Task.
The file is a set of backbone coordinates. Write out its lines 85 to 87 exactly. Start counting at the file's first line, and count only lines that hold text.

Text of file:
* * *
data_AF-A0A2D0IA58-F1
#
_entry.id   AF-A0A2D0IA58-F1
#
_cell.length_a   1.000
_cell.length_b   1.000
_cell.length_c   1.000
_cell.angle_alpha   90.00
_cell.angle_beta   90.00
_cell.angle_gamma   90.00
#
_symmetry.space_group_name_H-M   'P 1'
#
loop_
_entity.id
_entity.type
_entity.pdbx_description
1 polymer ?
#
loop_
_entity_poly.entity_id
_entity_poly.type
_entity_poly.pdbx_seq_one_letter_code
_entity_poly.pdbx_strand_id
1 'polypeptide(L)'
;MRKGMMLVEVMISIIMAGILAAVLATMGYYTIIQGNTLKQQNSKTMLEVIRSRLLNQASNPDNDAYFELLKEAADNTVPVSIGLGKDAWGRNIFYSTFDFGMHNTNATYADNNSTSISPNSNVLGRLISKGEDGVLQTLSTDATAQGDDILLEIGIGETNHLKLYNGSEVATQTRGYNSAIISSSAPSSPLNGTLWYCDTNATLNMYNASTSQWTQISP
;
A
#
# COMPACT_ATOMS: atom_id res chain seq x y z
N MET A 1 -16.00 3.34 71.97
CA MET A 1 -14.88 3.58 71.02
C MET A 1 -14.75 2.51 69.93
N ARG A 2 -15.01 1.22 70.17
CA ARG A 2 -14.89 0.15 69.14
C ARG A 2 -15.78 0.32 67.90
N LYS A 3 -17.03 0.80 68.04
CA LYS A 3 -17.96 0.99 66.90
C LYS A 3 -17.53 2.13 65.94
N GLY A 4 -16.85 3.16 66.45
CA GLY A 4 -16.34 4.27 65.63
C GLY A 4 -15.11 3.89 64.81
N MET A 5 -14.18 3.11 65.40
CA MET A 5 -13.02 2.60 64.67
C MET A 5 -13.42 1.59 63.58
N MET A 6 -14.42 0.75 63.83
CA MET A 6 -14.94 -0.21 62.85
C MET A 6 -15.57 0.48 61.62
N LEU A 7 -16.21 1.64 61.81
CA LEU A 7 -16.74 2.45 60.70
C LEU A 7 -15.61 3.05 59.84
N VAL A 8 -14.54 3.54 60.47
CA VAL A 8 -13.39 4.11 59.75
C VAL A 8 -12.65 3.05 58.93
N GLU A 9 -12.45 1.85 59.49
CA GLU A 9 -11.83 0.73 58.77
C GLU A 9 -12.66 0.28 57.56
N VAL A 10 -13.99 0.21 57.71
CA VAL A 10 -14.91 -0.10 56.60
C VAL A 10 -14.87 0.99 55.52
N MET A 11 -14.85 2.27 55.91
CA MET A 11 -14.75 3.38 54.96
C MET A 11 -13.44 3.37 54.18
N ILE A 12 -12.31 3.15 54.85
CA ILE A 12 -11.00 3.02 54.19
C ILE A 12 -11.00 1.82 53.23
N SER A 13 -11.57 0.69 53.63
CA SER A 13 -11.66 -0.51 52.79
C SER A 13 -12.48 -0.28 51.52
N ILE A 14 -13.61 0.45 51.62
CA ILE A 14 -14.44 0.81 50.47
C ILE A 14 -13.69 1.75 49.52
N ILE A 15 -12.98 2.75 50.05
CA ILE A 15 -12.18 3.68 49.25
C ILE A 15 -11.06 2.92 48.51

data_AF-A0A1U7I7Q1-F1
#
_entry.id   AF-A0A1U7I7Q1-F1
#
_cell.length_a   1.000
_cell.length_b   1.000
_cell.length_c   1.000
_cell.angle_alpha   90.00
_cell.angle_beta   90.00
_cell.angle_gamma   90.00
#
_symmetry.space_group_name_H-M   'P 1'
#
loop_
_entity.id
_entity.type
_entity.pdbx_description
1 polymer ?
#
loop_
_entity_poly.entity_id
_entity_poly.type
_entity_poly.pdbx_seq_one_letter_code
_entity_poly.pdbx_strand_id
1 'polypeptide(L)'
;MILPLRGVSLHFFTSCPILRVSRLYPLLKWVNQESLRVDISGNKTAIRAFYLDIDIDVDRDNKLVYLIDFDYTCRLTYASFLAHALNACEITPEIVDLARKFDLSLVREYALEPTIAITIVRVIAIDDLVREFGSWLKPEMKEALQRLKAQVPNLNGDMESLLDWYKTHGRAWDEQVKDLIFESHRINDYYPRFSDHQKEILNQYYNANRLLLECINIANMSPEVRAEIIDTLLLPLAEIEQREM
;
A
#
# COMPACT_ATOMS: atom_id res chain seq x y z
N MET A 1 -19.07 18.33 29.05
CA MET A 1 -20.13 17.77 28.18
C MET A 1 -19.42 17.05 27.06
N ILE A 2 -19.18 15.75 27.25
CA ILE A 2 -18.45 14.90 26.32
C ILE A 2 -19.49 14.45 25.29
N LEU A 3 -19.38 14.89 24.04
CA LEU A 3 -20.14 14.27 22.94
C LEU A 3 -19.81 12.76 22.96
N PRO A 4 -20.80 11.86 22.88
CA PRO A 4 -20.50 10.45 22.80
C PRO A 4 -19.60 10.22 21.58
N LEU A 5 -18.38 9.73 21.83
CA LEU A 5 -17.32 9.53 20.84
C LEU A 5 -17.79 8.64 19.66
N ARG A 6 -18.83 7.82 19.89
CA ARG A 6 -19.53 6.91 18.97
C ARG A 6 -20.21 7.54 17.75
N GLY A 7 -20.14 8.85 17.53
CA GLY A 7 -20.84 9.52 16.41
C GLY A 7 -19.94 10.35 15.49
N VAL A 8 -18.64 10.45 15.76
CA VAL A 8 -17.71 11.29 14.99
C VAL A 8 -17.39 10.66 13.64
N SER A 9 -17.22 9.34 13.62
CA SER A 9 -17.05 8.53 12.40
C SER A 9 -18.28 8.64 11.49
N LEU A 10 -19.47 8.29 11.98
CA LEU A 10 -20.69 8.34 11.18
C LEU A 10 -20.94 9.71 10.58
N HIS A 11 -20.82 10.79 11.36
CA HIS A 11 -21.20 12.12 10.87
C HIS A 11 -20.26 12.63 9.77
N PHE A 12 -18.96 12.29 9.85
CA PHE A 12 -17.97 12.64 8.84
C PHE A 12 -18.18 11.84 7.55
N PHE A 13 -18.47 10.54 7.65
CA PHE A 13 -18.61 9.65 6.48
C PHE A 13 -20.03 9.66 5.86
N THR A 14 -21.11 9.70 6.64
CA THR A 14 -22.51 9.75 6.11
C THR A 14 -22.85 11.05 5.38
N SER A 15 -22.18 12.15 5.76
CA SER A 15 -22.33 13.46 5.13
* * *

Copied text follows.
_cell.angle_gamma   90.00
#
_symmetry.space_group_name_H-M   'P 1'